In a sartorial follow-up to her hilarious memoir in stories, Fat Girl Walking, Internet personality Brittany Gibbons once again deep dives into the world of the plus size woman, this time chronicling her love/hate (but mostly hate) relationship with fashion.
From Pinterest boards and Instagram posts to shop windows and ad campaigns, fashion is everywhere. We shop and dress for practical reasons like job interviews or to make a good impression at the board meeting. We shop and dress for more adventurous reasons - for dates, to woo a lover, to catch someone's eye. Clothes are armor for women, and we wrap a lot of meaning in what we choose to wear.
As plus-size spokesmodel and blogger Brittany Gibbons knows, what we choose to wear is especially important, and especially emotional, for curvy women. This isn't only because curvy women feel underrepresented and underserved by the fashion world. For the curvy woman who struggles with feelings of self-worth and a lack of confidence, the feeling of "why bother" can come crashing in. You can't help but think, Wouldn't leggings and a slouchy sweater just be easier? Especially when we, like every other woman on the planet, are facing greater, real-life obstacles like raising kids, attending college, keeping your marriage together, paying bills, and a myriad of other daily struggles.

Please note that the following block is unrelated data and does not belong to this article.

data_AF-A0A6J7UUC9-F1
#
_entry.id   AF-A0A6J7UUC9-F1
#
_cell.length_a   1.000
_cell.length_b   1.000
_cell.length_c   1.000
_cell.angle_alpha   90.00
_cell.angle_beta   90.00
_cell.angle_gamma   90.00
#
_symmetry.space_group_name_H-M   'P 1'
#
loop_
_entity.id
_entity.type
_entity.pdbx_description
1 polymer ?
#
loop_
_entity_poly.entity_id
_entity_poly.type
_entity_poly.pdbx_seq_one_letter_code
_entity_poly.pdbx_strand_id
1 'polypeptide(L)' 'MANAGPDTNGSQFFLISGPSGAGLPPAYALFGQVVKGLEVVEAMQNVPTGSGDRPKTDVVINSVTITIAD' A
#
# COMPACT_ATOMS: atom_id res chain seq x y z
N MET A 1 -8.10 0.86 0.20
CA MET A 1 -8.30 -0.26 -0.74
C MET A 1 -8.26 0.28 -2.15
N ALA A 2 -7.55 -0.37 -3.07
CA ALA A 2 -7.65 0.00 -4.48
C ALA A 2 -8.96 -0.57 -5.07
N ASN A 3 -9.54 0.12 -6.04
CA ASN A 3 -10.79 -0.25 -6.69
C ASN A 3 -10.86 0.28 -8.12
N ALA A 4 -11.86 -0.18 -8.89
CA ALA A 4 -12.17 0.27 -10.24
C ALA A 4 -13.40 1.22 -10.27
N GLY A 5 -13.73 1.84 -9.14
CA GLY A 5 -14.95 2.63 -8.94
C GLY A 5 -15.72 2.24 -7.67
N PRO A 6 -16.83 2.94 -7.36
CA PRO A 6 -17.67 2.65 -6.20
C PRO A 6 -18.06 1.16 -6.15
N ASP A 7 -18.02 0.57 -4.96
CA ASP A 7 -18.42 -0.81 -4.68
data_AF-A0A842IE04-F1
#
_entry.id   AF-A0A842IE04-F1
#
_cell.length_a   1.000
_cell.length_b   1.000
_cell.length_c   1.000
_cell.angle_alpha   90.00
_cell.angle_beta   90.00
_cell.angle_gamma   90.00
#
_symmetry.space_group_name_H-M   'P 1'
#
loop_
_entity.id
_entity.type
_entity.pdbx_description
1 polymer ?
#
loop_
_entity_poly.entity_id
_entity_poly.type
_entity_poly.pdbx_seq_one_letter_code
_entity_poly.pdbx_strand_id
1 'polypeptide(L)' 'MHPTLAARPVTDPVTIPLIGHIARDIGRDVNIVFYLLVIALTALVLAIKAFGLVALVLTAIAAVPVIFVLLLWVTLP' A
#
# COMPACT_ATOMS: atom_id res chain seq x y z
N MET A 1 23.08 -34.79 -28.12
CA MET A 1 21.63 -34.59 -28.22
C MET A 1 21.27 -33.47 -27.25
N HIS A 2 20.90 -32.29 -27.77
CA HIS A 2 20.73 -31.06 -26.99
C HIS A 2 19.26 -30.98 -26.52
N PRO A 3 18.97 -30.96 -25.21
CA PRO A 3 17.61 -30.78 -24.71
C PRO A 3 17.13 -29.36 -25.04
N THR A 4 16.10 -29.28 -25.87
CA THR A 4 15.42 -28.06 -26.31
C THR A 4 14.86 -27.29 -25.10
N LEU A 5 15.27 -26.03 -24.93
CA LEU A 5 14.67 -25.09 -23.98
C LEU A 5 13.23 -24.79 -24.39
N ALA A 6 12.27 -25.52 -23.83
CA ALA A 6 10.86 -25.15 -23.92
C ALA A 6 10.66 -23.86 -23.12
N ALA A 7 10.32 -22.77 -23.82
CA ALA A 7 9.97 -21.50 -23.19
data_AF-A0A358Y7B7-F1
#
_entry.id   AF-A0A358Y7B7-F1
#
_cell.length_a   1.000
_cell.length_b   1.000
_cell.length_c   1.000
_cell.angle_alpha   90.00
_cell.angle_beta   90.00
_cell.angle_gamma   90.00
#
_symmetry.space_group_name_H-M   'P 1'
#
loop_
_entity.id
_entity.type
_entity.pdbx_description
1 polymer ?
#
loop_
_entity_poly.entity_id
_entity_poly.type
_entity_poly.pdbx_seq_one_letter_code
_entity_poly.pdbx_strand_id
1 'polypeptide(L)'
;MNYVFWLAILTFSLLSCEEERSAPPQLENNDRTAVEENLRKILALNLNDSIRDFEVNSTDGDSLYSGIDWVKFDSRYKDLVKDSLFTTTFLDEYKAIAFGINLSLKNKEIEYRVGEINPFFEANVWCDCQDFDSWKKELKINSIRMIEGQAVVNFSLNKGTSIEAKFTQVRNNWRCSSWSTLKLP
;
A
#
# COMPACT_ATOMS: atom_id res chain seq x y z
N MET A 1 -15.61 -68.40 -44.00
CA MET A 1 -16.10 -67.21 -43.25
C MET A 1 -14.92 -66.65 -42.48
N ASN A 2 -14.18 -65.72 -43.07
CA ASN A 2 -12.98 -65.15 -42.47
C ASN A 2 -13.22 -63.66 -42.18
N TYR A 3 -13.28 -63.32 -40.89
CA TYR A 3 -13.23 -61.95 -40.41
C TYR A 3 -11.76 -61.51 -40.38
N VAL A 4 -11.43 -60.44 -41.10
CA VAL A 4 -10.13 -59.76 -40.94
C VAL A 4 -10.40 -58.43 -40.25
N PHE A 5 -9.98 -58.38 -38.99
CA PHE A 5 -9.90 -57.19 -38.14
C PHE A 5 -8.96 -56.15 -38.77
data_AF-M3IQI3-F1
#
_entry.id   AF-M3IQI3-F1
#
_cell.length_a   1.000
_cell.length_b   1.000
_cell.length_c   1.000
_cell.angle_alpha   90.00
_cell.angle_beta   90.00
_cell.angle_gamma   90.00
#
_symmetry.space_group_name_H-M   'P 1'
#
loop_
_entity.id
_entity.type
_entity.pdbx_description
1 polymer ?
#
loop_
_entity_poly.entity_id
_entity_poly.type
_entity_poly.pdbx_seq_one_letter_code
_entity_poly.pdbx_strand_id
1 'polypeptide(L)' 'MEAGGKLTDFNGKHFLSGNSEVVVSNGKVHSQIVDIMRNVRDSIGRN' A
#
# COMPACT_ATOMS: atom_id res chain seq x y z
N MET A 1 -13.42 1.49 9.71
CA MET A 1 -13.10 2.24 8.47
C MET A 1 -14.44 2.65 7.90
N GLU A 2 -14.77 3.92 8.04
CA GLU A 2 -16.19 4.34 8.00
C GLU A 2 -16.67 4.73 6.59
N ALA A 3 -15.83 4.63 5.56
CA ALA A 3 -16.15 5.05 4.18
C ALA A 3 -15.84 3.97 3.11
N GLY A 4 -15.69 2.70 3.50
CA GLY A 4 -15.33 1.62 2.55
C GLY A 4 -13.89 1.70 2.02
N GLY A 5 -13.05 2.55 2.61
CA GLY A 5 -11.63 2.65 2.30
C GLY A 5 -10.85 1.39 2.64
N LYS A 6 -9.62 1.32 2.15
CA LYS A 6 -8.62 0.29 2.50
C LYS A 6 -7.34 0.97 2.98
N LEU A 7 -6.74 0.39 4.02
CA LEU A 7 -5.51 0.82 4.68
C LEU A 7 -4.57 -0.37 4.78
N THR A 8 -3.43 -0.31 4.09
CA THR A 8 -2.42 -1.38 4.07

Everyone has those days where they hate their body, they hate their clothes, but self-confidence and strength can come from a great outfit. Brittany is determined to help women, curvy and otherwise, embrace fashion and all the bumps and lumps that come with it. In this "overdue love letter" to her body, Brittany delves into the hilarity and the humility of her quest to find her own personal style - to break out of a rut of maternity underwear and men's undershirts once and for all. From wardrobe malfunctions to fashion advice to mom bodies and the perfect pose, The Clothes Make the Girl (Look Fat)? is the empowered battle cry all women deserve.
©2017 Brittany Gibbons (P)2017 HarperCollins Publishers